The project will provide data on isoprene consumption in woodland environments, molecular tools to investigate isoprene degradation, an understanding of the abundance and distribution of isoprene-degrading microbes as well as their potential to mitigate isoprene emissions. All of this will impact on the management of natural woodland and plantations of bioenergy crops (that may supply 10% of the UK’s energy), especially high isoprene emitters such as willow and poplar. Our research will have maximum impact because of the involvement of Dr J. Morison (Forest Research) as project partner, who has close collaborations with the Energy Technology Institute (ETI) and advises government departments. It complements Forest Research’s core program on the carbon and greenhouse gas balances of UK forests, which underpins both policy and practice in support of major initiatives for enhanced woodland creation as part of UK emissions abatement policy and the new Natural Environment White Paper. A key outcome, with input from University of Essex Interdisciplinary Centre for Environment and Society (iCES) and FR, will be a briefing document aimed at stakeholders (e.g. Defra, DECC, World Meteorological Organisation, Met Office, UNEP, IPCC, and IOC), and we will participate in end-user led meetings during the course of the project. In addition to having FR as a key link, we will continue to engage with key individuals in the marine (e.g. SOLAS) and terrestrial VOC community (e.g. via ESF’s VOCBAS initiative), who will be interested in applying our data to isoprene flux models.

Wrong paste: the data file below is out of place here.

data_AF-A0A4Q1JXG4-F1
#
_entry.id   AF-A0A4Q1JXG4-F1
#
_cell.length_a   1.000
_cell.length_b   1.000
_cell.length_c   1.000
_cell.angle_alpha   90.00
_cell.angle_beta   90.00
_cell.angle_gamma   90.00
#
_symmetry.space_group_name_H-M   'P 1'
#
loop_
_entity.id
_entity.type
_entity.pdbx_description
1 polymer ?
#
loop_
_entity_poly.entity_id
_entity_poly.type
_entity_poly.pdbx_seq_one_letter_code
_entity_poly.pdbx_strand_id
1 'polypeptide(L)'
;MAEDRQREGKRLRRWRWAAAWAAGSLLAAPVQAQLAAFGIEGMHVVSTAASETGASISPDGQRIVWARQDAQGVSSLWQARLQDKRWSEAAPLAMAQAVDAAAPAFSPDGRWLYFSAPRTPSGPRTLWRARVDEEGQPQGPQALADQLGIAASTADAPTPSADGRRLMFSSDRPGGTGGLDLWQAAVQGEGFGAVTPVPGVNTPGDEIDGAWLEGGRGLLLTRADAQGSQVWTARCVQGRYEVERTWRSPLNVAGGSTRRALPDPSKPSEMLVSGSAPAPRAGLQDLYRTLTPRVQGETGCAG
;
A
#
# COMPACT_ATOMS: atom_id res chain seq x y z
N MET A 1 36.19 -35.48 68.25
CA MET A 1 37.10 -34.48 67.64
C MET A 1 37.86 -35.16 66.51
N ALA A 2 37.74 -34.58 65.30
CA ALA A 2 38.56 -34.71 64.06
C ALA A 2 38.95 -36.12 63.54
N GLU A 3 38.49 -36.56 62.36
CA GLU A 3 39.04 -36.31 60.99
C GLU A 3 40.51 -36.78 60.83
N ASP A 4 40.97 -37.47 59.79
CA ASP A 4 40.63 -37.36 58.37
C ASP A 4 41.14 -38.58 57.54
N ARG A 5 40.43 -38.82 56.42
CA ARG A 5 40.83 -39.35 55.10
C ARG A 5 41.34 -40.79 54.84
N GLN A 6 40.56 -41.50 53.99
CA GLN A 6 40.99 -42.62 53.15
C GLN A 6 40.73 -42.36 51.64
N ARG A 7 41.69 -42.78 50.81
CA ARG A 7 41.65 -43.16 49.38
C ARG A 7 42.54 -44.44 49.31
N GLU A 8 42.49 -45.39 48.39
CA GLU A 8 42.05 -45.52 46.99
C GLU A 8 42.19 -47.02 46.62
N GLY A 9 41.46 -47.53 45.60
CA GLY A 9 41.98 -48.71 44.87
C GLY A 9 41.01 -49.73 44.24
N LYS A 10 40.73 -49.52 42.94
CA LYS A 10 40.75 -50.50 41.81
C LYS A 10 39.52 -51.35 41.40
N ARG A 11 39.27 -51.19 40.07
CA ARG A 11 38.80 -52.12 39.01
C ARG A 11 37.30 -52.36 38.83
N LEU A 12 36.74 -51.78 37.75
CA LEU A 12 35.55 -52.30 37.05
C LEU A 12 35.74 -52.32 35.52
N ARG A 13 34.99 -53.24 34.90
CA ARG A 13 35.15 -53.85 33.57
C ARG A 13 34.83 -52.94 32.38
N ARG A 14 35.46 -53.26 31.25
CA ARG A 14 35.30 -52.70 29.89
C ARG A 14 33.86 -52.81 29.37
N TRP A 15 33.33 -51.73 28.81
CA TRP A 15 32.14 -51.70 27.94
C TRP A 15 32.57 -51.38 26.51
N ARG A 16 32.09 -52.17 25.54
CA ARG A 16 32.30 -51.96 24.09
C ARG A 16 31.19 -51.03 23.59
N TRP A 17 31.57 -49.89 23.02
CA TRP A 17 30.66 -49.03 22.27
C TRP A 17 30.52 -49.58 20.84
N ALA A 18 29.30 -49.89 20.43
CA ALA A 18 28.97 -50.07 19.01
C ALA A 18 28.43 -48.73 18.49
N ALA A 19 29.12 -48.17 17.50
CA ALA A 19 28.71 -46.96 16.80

Future industrial potential for this work might include the discovery of novel oxygenases for production of chiral synthons as precursors to pharmaceuticals / agrichemicals. Our research may also benefit the bioremediation industry, e.g. 1) by degradation of isoprene spills (800,000 tonnes pa of isoprene are produced by the petrochemical industry, and is set to increase with the advent of BioIsoprene synthesis); 2) because many isoprene degraders also degrade other volatile hydrocarbons like BTEX; and 3) isoprene degraders co-metabolise chlorinated solvents like TCE. In other words isoprene degraders may already play a major role in remediating some of the most abundant volatile pollutants, especially on the leaf surface. Again, this will impact on woodland management (our route to impact will be Forest Research), as well as planning green spaces in cities (our route to impact will be iCES who played a major role in the Government paper “UK National Ecosystems Assessment: Understanding Nature’s Role in Society”).
Research Activity Images
Most species of oak produce a lot of isoprene. Our studies include isolation and characterisation of isoprene-degrading bacteria from leaves and comparisons of soils around isoprene-producing and non-producing trees. For a comprehensive list of a plant species’ capacity to produce isoprene, see http://www.es.lancs.ac.uk/cnhgroup/download.html.
With funding from the Konstanz-Essex Development Fund we quantified isoprene and DMS concentrations in Lake Constance in the summer of 2014. Day-trips aboard the RV Robert Lauterborn from the University of Konstanz facilitated the collection of trace gas data in depth profiles of the large oligotrophic lake.